Terre Haute Postcards

Terre Haute Postcards

More postcards from my collection...

Allen & Steen Inc. Allen & Steen Inc. Allen & Steen Inc.

Allen & Steen Inc.

Allen & Steen Inc. Allen & Steen Inc. Allen & Steen Inc.

Allen & Steen Inc.

These matchbooks advertised Allen and Steen Inc. who offered loans and financing from premises at 26 / 28 South 8th Street, Terre Haute.

Allis-Chalmers, Transformer assembly Building, Terre Haute

Allis-Chalmers, Transformer Assembly Building, Terre Haute

This photograph, not a postcard, has the printed text...

Transformer and Circuit Breaker Assembly Building
Circuit breaker and small transformer aisle on left, test apparatus aisle in center.
Construction by Austin Company, W. O. 3486, Photo #186176, 2-19-57

Allis - Chalmers, Transformer Assembly Building, Terre Haute

Allis-Chalmers, Transformer Assembly Building, Terre Haute

This photograph, not a postcard, has the printed text...

Transformer and Circuit Breaker Assembly Building
Large transformer assembly bay in foreground, height 92 ft., length 540 ft.
Construction by Austin Company, W. O. 3486, Photo #186177, 2-19-57

The Allis-Chalmers Manufacturing Co. of West Allis, Wisconsin was an American manufacturer with diverse interests, perhaps most famous for their bright orange farm tractors. The company eventually divested its manufacturing businesses and today is known as Allis-Chalmers Energy, and is based in Houston, Texas. As well as tractors the company also manufactured combine harvesters, hydroturbines, valves and pumps, compressors, electric motors, crushing and screening equipment, air purification and coal gasification equipment.

On April 28, 1951, the Milwaukee based Allis-Chalmers company announced that Terre Haute had been chosen as the site of a new plant to manufacture compressors for J-65 turbojet engines under the largest contract ever issued by the Curtiss - Wright Corporation. The $10 million plant was to employ between 3,500 and 4,000 people and the engines would be used in the A-4 Skyhawk, B-57 Canberra, F-11 Tiger, F-84F Thunderstreak, FJ-3 Fury, FJ-4 Fury and Lockheed XF-104 Starfighter.

Allis-Chalmers acquired a 215 acre site at 13th Street and Aythorne Avenue and the Terre Haute Chamber of Commerce planned to use the old interurban car barns at 2770 Wabash Avenue as a facility to train the engineers whilst the main plant was being built. On May 28, 1951, the plant and equipment were moved into the pilot plant / training facility.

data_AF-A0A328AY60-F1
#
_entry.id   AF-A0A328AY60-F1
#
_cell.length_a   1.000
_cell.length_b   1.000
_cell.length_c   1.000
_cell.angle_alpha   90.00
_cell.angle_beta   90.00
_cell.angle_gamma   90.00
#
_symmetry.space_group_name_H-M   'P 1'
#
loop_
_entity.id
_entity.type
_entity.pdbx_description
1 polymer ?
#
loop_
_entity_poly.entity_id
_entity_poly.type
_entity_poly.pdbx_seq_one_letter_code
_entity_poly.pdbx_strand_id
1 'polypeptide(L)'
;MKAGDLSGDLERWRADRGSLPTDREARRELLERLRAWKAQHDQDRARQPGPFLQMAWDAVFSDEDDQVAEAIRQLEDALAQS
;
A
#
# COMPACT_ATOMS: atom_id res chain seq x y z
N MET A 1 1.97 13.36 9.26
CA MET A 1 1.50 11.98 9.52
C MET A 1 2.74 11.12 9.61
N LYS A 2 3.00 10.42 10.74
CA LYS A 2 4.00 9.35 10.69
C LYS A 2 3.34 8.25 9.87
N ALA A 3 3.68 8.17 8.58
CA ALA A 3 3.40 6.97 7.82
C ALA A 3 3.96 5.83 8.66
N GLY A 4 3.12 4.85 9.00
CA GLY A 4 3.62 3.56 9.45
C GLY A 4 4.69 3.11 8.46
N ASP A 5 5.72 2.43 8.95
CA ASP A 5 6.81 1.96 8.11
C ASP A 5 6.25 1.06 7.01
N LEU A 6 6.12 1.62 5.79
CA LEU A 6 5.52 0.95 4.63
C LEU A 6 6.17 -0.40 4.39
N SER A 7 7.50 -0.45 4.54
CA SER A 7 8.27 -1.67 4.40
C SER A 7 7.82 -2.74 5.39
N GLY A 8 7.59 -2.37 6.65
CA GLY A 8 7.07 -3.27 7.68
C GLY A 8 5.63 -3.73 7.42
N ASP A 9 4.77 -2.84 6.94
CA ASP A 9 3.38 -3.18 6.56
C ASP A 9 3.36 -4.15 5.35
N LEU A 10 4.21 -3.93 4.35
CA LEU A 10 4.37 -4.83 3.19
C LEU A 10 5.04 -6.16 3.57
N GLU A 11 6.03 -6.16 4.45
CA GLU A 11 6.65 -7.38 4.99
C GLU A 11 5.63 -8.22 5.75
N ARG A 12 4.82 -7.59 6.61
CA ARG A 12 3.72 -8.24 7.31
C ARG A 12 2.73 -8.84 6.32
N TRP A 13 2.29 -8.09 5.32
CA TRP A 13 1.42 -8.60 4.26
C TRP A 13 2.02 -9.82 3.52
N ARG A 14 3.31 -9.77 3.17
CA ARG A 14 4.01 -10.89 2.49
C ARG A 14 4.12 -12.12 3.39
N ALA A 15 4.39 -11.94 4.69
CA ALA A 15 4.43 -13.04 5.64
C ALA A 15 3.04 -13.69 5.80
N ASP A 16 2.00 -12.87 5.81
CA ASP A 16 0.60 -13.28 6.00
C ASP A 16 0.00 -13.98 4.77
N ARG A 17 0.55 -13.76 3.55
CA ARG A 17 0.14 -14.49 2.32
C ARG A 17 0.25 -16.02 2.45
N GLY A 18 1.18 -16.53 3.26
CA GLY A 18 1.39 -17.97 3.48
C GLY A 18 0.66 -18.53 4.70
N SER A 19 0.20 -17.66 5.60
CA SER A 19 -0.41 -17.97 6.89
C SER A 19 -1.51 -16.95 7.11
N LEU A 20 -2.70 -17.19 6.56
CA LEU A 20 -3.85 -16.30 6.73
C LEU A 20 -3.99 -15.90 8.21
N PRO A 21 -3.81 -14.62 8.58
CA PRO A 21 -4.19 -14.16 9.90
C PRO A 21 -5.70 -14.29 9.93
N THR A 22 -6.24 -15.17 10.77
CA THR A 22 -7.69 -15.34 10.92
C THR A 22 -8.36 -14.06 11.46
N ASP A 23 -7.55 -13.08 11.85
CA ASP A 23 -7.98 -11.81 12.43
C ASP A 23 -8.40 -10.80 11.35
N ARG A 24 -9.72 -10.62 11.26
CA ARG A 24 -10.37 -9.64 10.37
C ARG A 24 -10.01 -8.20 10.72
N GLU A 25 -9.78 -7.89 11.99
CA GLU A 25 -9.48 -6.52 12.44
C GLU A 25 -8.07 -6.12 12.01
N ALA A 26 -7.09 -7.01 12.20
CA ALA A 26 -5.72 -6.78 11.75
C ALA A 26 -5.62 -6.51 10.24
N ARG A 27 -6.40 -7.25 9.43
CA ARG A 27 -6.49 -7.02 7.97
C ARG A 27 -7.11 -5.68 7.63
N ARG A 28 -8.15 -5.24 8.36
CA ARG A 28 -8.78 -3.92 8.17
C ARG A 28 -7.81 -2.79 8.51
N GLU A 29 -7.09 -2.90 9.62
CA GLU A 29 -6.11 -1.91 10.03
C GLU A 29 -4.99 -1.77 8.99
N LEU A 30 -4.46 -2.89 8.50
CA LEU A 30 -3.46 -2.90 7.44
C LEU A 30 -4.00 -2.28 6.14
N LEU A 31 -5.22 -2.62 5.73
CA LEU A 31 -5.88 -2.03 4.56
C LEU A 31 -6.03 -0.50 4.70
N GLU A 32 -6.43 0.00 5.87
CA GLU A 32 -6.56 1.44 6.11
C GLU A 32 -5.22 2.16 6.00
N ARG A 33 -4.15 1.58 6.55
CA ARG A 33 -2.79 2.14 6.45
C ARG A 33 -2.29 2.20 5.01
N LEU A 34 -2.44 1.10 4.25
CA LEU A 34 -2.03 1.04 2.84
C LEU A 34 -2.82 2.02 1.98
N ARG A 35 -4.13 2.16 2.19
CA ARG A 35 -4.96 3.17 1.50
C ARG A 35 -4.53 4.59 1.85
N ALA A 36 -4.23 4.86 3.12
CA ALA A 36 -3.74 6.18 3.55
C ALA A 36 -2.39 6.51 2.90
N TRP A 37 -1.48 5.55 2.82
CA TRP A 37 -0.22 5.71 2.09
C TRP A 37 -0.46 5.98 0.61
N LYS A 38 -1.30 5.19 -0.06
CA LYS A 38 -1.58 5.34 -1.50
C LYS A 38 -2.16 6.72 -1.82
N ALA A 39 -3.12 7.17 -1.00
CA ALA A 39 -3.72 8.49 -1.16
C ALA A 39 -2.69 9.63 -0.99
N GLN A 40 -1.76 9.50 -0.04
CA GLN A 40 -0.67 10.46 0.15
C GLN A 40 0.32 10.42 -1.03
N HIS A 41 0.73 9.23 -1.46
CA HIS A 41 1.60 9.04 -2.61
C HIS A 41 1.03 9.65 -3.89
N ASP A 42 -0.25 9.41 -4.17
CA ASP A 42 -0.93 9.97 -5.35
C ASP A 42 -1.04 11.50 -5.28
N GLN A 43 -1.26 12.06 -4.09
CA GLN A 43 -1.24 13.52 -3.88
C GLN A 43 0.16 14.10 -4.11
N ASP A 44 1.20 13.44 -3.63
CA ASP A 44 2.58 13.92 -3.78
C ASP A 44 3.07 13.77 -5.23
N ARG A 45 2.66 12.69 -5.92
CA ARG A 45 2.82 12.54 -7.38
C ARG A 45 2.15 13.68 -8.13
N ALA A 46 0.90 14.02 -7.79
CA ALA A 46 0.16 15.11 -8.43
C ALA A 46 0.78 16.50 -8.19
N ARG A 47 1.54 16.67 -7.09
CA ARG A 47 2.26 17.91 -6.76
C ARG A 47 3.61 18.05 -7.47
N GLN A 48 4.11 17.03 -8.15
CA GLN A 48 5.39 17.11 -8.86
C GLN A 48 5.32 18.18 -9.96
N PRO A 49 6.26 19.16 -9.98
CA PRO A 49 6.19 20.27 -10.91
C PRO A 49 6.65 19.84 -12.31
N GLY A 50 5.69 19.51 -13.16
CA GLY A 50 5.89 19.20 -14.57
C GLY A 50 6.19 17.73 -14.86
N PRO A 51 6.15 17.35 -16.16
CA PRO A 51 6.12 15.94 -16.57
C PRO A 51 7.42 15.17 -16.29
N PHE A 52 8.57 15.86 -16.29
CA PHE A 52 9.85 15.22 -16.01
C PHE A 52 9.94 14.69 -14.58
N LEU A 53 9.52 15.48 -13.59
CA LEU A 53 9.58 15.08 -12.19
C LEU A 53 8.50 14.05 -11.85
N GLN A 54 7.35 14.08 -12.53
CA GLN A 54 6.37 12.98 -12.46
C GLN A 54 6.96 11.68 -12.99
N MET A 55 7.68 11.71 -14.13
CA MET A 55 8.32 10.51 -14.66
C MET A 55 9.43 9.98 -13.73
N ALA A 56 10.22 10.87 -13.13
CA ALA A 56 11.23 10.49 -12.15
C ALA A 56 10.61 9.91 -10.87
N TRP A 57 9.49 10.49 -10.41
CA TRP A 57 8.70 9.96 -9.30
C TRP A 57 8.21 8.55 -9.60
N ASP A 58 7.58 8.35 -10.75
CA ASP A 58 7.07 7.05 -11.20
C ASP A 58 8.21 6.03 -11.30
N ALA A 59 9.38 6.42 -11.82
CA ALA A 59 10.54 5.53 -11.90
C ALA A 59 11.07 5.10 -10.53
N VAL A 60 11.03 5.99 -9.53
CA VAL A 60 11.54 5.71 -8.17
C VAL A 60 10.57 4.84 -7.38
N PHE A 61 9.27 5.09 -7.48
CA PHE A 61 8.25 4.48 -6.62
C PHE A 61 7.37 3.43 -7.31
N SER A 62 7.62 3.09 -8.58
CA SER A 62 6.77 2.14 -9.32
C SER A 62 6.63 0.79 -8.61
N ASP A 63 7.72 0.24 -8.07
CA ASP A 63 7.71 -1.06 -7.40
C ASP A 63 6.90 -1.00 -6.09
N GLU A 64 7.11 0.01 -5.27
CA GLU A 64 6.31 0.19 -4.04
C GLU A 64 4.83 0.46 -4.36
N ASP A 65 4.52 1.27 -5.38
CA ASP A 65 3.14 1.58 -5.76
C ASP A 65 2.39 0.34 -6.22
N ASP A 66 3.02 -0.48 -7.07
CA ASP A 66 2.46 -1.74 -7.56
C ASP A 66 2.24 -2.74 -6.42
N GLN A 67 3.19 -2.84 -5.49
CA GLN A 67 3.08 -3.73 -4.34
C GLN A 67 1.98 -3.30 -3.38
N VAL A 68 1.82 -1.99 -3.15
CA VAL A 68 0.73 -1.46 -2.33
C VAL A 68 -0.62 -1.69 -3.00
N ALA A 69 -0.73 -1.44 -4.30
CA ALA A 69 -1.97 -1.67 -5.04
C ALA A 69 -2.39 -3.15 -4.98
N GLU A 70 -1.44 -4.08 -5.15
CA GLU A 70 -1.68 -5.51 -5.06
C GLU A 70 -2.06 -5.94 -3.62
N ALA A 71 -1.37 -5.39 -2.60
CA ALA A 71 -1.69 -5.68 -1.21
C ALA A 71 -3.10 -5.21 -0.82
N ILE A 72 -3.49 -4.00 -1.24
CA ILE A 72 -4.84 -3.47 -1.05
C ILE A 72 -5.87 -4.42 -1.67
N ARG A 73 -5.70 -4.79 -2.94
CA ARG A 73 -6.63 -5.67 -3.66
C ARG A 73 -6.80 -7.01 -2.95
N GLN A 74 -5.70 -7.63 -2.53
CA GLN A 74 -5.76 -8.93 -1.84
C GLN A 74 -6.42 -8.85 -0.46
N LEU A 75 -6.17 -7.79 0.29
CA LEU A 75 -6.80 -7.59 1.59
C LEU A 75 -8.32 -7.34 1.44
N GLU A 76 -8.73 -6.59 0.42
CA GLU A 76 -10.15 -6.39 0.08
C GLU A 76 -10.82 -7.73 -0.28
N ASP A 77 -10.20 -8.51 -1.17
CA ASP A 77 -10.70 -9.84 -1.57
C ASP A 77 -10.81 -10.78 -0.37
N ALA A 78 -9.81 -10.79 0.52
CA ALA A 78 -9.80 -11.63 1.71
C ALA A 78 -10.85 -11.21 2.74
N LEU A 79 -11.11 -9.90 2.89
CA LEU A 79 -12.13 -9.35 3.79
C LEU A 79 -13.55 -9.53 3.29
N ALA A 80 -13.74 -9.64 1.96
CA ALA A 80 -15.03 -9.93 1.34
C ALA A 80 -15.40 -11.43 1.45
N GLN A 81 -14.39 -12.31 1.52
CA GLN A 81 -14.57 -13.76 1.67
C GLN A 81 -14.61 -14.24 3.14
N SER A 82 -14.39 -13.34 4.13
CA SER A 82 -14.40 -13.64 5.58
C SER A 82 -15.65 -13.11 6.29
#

On May 7, 1952, members of Local 1164 of the United Auto Workers went on strike. Construction of the more-than-half completed main plant stopped on June 20, 1952. Even though Allis-Chalmers threatened to pull out of Terre Haute the strike dragged on for 14 weeks. The Air Force set Tuesday, July 8, at 7:59 a.m., as the deadline for the resumption of work. Without a settlement, its mechanics would remove its machines and tools from the pilot plant. At 7 a.m. that morning, the union met in a tent adjoining the pilot plant and 250 of its 340 members voted to remain on strike. As warned, later that day air force personnel entered the building and started dismantling the equipment.

Things came to a head on Monday, July 28, 1952, which Mayor Ralph Tucker described as "a dark day in history of the City of Terre Haute." About 250 members of the Operating Engineers formed a "flying wedge" at the picket line guarding the gate at Allis-Chalmers’ pilot plant. Blocking traffic on U.S. Highway 40, the attack force broke through to allow five cars carrying 34 American Federation of Labor workers to enter the plant. The two sets of workers battled each other with fists, clubs and even knives and an American Federation of Labor worker was severely wounded with a punctured lung after being stabbed in the chest.

The strike finally was settled on August 20, 1952 and production was finally underway by December 1, but on a much smaller scale than was originally anticipated. Just 700 people of the planned 3,500 plus were employed. The air force never did return the 29 machines it had removed from the plant in July, but instead gave them to other companies to fulfill the contract. Production of J-65 turbojets was terminated by the air force in 1956 and a contract to produce J-79 assemblies was cancelled in 1957.

Allis-Chalmers, despite the problems, surprisingly still believed in Terre Haute and in 1954 announced plans to erect another $4 million plant to build transformers and switch gear in Terre Haute. There were still problems though and Terre Haute was again told that unless productivity improved the equipment would be moved back to West Allis - the home of Allis-Chalmers. Completed in 1957/8, this factory closed just four years later in 1962.


Letters To Robert Klassen About Allis-Chalmers
Tribune Star

American Clay Plant

American Clay Plant, West Terre Haute

This postcard, stamped in Terre Haute on September 12th, 1912, has the printed text...

The Model

I have another copy of this postcard that was posted in Terre Haute on September 15th, 1915, that as well as the above printed text has the UNCO registered trademark logo